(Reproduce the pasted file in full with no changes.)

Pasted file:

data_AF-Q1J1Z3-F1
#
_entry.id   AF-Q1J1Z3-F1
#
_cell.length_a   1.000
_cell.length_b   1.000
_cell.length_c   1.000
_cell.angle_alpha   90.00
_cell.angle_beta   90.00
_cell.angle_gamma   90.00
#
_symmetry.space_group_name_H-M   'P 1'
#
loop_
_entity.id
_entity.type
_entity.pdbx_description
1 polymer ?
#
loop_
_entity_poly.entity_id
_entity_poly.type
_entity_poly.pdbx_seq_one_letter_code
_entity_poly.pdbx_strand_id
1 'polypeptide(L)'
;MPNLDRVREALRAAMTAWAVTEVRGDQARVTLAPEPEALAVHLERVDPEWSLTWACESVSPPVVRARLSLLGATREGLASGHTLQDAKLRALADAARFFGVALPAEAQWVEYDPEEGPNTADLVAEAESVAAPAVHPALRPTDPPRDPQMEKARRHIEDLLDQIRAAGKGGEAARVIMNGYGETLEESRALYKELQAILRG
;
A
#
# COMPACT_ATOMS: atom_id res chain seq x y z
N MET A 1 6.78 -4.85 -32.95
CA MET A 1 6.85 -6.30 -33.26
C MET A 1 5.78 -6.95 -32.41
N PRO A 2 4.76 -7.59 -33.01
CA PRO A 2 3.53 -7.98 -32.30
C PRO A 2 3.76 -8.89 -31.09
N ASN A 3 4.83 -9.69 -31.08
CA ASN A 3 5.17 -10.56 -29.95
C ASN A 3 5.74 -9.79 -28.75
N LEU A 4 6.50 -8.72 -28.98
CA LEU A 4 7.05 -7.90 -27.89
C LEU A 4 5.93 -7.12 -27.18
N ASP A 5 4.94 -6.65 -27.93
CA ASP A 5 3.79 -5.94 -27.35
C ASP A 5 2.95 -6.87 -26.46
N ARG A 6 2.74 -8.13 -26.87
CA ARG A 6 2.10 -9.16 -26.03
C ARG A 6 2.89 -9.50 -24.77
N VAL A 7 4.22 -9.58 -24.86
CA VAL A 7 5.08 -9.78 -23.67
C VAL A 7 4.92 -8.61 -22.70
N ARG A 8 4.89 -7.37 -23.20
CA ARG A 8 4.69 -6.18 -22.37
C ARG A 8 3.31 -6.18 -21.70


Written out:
data_AF-Q1J1Z3-F1
#
_entry.id   AF-Q1J1Z3-F1
#
_cell.length_a   1.000
_cell.length_b   1.000
_cell.length_c   1.000
_cell.angle_alpha   90.00
_cell.angle_beta   90.00
_cell.angle_gamma   90.00
#
_symmetry.space_group_name_H-M   'P 1'
#
loop_
_entity.id
_entity.type
_entity.pdbx_description
1 polymer ?
#
loop_
_entity_poly.entity_id
_entity_poly.type
_entity_poly.pdbx_seq_one_letter_code
_entity_poly.pdbx_strand_id
1 'polypeptide(L)'
;MPNLDRVREALRAAMTAWAVTEVRGDQARVTLAPEPEALAVHLERVDPEWSLTWACESVSPPVVRARLSLLGATREGLASGHTLQDAKLRALADAARFFGVALPAEAQWVEYDPEEGPNTADLVAEAESVAAPAVHPALRPTDPPRDPQMEKARRHIEDLLDQIRAAGKGGEAARVIMNGYGETLEESRALYKELQAILRG
;
A
#
# COMPACT_ATOMS: atom_id res chain seq x y z
N MET A 1 6.78 -4.85 -32.95
CA MET A 1 6.85 -6.30 -33.26
C MET A 1 5.78 -6.95 -32.41
N PRO A 2 4.76 -7.59 -33.01
CA PRO A 2 3.53 -7.98 -32.30
C PRO A 2 3.76 -8.89 -31.09
N ASN A 3 4.83 -9.69 -31.08
CA ASN A 3 5.17 -10.56 -29.95
C ASN A 3 5.74 -9.79 -28.75
N LEU A 4 6.50 -8.72 -28.98
CA LEU A 4 7.05 -7.90 -27.89
C LEU A 4 5.93 -7.12 -27.18
N ASP A 5 4.94 -6.65 -27.93
CA ASP A 5 3.79 -5.94 -27.35
C ASP A 5 2.95 -6.87 -26.46
N ARG A 6 2.74 -8.13 -26.87
CA ARG A 6 2.10 -9.16 -26.03
C ARG A 6 2.89 -9.50 -24.77
N VAL A 7 4.22 -9.58 -24.86
CA VAL A 7 5.08 -9.78 -23.67
C VAL A 7 4.92 -8.61 -22.70
N ARG A 8 4.89 -7.37 -23.20
CA ARG A 8 4.69 -6.18 -22.37
C ARG A 8 3.31 -6.18 -21.70